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Big Swiss biotech multinational with San Diego history gives $1 million to beat Prop 37

World biotech giant Syngenta AG, which once ran the Torrey Mesa Research Institute just north of La Jolla, has come up with $1 million for the campaign against California's Proposition 37, a measure to impose labeling requirements on so-called genetically engineered food.

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According to a campaign disclosure posted online yesterday by the California Secretary of State's office, the firm made its contribution on October 9.

The Torrey Mesa Research Institute was once one of the world's leading centers of corporate research and development regarding the secretive and esoteric art and science of genetic manipulation of plants, including food crops.

After years of operation, the institute was shut down in 2003 after Syngenta, a maker of seeds and pesticides, cut a deal with Diversa Corporation in which the Swiss company gave Diversa exclusive rights to patents and other intellectual property in return for an equity interest in San Diego-based company.

"As part of the arrangement, Syngenta opted to relocate its plant genomics programs, including its work with the rice genome, from its Torrey Mesa Research Institute subsidiary to Syngenta Biotechnology Inc. in North Carolina," according to a report in the Daily Transcript.

About 19 Torrey Mesa Research Institute employees made the move to North Carolina, while another 77 became employees of Diversa.

In 2007, Diversa merged with Celunol Corporation and renamed itself Verenium Corporation, and two years later Verenium and Syngenta announced they were closing down their joint research operation here.

"Syngenta will retain exclusive rights to the biomolecules expressed in plants, as well as nonexclusive rights to the same biomolecules expressed through non-plant, non-microbial means," according to a November 3, 2009 news release.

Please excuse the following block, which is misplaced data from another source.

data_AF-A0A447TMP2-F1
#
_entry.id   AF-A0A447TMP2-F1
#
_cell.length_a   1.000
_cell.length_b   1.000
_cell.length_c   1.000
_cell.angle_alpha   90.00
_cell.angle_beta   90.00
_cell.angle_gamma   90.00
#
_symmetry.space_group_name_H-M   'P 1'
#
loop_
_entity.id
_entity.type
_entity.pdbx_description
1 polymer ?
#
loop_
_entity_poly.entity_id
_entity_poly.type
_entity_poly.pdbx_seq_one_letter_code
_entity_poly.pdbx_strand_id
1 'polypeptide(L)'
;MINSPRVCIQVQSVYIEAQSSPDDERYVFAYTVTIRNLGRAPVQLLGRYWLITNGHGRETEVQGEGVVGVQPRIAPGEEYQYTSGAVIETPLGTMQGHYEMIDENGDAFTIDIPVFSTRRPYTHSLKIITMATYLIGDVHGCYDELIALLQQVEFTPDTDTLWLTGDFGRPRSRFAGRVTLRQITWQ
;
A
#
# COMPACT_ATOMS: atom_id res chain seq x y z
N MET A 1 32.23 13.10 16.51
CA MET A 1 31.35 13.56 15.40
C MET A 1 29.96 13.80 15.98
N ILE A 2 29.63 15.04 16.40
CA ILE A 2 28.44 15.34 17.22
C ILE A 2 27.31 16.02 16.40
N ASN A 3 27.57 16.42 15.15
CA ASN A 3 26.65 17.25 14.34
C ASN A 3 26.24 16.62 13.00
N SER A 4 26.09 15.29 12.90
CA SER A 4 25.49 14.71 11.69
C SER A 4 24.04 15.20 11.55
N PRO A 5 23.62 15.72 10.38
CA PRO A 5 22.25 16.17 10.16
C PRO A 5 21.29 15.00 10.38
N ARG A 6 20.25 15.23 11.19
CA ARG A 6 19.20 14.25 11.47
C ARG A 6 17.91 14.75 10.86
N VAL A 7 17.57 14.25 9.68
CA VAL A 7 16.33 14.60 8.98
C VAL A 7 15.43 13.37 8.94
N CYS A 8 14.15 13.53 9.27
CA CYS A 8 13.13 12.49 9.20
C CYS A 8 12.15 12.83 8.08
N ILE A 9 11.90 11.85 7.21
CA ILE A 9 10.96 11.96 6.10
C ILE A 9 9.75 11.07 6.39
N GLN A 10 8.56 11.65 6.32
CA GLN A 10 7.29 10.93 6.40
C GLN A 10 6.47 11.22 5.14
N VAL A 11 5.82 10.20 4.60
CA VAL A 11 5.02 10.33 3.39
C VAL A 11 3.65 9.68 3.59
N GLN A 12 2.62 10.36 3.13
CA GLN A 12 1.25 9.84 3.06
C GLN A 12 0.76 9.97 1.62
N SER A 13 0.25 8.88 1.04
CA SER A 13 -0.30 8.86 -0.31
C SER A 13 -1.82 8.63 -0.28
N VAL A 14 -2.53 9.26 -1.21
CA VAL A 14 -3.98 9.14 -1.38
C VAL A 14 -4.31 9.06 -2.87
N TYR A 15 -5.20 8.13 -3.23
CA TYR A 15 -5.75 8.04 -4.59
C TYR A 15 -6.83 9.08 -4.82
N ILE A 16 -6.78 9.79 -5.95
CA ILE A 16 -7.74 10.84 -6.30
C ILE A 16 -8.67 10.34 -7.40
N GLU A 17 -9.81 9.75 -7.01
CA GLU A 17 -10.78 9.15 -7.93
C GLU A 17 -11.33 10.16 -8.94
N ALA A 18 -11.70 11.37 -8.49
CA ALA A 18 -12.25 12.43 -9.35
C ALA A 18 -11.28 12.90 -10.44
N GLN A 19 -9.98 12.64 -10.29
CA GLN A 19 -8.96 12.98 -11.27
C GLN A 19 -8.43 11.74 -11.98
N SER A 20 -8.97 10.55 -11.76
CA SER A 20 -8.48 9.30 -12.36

According to its webite, "Verenium evolves bacterial and fungal DNA to create enzymes that transform and dramatically improve industrial processes...through the use of proprietary and patented technologies."

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World biotech giant Syngenta AG, which once ran the Torrey Mesa Research Institute just north of La Jolla, has come up with $1 million for the campaign against California's Proposition 37, a measure to impose labeling requirements on so-called genetically engineered food.

None

According to a campaign disclosure posted online yesterday by the California Secretary of State's office, the firm made its contribution on October 9.

The Torrey Mesa Research Institute was once one of the world's leading centers of corporate research and development regarding the secretive and esoteric art and science of genetic manipulation of plants, including food crops.

After years of operation, the institute was shut down in 2003 after Syngenta, a maker of seeds and pesticides, cut a deal with Diversa Corporation in which the Swiss company gave Diversa exclusive rights to patents and other intellectual property in return for an equity interest in San Diego-based company.

"As part of the arrangement, Syngenta opted to relocate its plant genomics programs, including its work with the rice genome, from its Torrey Mesa Research Institute subsidiary to Syngenta Biotechnology Inc. in North Carolina," according to a report in the Daily Transcript.

About 19 Torrey Mesa Research Institute employees made the move to North Carolina, while another 77 became employees of Diversa.

In 2007, Diversa merged with Celunol Corporation and renamed itself Verenium Corporation, and two years later Verenium and Syngenta announced they were closing down their joint research operation here.

"Syngenta will retain exclusive rights to the biomolecules expressed in plants, as well as nonexclusive rights to the same biomolecules expressed through non-plant, non-microbial means," according to a November 3, 2009 news release.

According to its webite, "Verenium evolves bacterial and fungal DNA to create enzymes that transform and dramatically improve industrial processes...through the use of proprietary and patented technologies."